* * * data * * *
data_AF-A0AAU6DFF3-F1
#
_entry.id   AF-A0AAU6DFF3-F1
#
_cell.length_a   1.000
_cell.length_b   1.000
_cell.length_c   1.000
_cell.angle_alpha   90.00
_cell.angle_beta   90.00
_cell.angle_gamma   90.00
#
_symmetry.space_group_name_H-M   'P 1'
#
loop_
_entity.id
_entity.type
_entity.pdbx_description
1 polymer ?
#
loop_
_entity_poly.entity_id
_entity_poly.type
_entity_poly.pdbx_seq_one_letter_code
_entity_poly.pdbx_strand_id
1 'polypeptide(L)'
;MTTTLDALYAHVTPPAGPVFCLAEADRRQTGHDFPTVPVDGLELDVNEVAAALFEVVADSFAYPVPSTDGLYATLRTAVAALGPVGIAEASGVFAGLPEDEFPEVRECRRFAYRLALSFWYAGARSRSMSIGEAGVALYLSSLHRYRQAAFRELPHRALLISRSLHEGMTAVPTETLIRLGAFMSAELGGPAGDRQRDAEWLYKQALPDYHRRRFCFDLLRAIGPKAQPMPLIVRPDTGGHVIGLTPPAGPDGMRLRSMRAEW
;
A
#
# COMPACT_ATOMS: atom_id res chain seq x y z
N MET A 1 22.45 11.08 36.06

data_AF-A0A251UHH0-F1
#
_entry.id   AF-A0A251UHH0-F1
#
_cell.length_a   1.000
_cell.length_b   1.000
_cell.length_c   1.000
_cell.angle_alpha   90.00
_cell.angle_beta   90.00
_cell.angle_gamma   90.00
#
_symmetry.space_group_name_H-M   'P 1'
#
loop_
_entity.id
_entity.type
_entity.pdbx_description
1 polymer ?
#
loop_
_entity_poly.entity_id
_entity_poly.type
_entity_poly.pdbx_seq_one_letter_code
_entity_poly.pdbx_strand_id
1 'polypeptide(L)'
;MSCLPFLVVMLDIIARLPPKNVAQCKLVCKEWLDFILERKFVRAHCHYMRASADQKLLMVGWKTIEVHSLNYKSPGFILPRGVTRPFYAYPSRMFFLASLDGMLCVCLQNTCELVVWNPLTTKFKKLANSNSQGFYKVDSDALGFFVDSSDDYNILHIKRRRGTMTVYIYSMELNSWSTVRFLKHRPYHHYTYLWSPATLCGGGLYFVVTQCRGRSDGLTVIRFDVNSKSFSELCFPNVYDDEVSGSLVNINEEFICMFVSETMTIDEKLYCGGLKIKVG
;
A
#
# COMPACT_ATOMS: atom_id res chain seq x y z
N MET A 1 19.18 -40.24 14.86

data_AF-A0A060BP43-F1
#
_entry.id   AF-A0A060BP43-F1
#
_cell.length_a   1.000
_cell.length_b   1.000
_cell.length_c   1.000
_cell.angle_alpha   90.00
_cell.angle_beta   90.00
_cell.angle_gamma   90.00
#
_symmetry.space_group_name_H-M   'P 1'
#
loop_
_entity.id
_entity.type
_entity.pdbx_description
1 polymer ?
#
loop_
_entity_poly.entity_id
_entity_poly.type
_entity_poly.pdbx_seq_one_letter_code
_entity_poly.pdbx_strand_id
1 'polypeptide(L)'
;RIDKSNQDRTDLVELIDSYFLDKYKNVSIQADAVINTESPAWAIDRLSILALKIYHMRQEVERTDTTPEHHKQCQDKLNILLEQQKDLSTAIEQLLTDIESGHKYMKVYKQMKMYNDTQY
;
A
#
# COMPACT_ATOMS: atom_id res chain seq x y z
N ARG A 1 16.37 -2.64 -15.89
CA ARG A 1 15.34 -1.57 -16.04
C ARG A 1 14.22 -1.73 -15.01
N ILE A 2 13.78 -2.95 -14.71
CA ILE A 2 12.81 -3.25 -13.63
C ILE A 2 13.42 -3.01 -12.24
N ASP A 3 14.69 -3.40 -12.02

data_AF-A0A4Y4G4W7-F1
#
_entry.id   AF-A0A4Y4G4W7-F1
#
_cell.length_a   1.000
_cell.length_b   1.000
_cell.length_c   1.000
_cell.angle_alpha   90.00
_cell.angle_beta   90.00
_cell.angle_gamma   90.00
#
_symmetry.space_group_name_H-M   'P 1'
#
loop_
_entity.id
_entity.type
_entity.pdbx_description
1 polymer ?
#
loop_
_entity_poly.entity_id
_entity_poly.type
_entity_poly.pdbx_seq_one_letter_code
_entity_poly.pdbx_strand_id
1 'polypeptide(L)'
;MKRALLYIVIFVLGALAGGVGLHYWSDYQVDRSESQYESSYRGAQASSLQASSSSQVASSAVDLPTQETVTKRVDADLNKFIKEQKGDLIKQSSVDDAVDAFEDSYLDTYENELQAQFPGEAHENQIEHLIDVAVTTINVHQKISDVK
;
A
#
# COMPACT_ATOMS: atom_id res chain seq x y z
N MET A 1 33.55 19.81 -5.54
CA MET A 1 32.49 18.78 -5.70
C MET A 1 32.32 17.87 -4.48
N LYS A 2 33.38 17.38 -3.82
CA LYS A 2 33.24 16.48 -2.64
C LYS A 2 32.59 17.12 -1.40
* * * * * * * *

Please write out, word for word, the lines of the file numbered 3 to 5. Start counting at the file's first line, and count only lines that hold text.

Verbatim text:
_entry.id   AF-A0AAU6DFF3-F1
#
_cell.length_a   1.000